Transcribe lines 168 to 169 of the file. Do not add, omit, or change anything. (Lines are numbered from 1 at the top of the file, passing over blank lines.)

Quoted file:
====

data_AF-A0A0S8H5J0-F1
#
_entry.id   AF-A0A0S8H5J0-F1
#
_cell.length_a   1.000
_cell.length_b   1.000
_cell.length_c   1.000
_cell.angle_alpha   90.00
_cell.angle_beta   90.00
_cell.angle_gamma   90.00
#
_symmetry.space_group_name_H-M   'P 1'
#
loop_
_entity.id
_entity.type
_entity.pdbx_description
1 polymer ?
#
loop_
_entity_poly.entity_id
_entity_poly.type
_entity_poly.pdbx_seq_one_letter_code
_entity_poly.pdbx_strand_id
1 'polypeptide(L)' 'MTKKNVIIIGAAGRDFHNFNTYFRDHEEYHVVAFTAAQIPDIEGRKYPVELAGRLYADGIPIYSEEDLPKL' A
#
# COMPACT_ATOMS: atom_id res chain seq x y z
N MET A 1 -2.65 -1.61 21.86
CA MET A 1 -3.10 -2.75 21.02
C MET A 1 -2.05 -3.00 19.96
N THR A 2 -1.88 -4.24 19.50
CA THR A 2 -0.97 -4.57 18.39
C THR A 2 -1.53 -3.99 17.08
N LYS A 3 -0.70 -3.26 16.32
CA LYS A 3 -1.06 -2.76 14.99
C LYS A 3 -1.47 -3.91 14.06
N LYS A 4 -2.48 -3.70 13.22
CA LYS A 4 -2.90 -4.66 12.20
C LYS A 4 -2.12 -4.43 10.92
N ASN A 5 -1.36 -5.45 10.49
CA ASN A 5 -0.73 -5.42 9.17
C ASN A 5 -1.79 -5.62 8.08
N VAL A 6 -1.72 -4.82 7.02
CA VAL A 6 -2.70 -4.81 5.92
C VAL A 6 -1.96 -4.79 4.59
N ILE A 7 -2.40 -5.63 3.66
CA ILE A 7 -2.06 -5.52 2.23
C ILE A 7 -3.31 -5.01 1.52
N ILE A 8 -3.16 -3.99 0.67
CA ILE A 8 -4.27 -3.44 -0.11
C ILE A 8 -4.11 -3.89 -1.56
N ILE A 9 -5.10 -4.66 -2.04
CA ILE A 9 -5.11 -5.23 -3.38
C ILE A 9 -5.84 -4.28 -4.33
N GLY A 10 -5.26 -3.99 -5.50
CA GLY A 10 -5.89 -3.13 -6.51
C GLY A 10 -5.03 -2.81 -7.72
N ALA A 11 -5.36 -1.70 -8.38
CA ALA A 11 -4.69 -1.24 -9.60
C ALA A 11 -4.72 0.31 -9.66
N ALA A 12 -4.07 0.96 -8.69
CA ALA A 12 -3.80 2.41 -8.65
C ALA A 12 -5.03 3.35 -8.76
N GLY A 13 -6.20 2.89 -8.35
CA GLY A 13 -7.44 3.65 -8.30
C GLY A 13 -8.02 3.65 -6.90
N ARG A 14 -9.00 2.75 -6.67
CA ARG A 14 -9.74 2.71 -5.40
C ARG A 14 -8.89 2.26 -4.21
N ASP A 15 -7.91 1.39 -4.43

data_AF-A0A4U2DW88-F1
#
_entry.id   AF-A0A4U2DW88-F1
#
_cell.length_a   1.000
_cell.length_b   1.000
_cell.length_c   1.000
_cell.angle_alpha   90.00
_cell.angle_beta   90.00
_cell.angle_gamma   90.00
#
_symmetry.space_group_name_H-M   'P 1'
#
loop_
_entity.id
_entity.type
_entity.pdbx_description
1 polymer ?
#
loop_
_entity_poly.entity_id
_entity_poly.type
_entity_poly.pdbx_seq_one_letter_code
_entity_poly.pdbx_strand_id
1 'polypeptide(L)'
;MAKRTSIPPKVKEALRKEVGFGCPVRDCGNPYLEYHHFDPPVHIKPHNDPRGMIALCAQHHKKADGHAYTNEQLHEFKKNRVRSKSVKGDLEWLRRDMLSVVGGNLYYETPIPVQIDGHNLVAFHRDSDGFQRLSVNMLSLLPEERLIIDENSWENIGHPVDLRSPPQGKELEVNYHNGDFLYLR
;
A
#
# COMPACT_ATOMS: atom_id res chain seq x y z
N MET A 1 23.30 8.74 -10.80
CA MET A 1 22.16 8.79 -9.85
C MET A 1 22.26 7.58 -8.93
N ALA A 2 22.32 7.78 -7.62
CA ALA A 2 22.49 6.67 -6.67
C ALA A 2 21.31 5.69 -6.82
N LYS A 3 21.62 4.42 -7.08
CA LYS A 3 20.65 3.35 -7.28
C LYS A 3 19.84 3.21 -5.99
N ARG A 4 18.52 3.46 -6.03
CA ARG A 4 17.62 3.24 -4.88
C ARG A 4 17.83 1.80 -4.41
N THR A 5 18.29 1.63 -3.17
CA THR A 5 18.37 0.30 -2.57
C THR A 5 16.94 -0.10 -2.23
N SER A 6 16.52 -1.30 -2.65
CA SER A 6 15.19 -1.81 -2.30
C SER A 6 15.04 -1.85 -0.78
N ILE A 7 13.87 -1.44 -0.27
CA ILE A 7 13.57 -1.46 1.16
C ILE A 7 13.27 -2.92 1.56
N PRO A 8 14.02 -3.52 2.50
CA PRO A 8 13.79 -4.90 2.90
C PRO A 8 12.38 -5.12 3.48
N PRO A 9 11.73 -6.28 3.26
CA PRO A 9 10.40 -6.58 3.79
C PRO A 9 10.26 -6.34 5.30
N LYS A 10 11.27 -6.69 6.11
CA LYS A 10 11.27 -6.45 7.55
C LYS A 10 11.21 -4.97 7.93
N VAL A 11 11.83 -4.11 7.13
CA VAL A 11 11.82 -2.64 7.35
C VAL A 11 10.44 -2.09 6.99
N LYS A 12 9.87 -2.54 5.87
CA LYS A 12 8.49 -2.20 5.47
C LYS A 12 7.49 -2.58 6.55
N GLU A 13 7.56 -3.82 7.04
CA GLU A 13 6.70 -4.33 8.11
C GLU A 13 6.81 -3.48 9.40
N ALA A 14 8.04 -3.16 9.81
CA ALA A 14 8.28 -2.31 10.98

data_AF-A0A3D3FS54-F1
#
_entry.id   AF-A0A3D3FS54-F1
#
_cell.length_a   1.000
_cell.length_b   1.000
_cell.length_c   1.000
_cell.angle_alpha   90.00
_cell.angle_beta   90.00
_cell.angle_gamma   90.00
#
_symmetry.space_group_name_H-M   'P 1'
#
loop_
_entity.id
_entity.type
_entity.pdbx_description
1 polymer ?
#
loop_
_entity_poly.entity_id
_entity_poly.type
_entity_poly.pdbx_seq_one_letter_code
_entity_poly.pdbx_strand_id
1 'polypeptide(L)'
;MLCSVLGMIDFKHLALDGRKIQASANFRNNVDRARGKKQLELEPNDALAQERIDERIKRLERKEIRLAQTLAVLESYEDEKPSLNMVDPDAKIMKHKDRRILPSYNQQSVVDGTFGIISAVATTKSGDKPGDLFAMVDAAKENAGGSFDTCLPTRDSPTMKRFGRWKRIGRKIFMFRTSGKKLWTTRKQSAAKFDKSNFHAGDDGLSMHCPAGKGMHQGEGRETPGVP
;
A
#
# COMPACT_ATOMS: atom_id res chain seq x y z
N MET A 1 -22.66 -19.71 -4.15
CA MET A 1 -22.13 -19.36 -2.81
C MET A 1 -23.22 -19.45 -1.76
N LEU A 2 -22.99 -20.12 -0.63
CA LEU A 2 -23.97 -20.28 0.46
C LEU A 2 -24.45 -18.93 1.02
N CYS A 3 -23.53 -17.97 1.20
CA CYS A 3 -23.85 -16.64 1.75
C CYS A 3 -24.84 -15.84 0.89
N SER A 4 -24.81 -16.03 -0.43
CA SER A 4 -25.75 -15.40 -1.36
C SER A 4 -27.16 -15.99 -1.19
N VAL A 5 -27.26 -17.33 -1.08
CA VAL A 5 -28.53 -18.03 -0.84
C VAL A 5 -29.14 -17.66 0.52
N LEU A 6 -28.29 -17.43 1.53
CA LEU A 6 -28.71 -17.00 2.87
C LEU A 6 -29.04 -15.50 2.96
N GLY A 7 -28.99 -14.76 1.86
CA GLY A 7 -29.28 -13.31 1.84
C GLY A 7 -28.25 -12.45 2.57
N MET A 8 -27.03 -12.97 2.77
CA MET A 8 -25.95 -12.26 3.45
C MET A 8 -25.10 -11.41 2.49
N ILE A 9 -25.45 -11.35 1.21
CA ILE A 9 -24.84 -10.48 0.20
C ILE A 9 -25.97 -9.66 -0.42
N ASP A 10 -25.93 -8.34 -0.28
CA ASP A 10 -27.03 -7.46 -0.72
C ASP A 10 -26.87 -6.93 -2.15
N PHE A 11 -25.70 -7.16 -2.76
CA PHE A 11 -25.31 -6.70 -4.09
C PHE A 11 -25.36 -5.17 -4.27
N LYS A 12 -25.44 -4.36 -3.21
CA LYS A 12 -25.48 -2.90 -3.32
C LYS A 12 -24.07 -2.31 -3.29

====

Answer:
;
A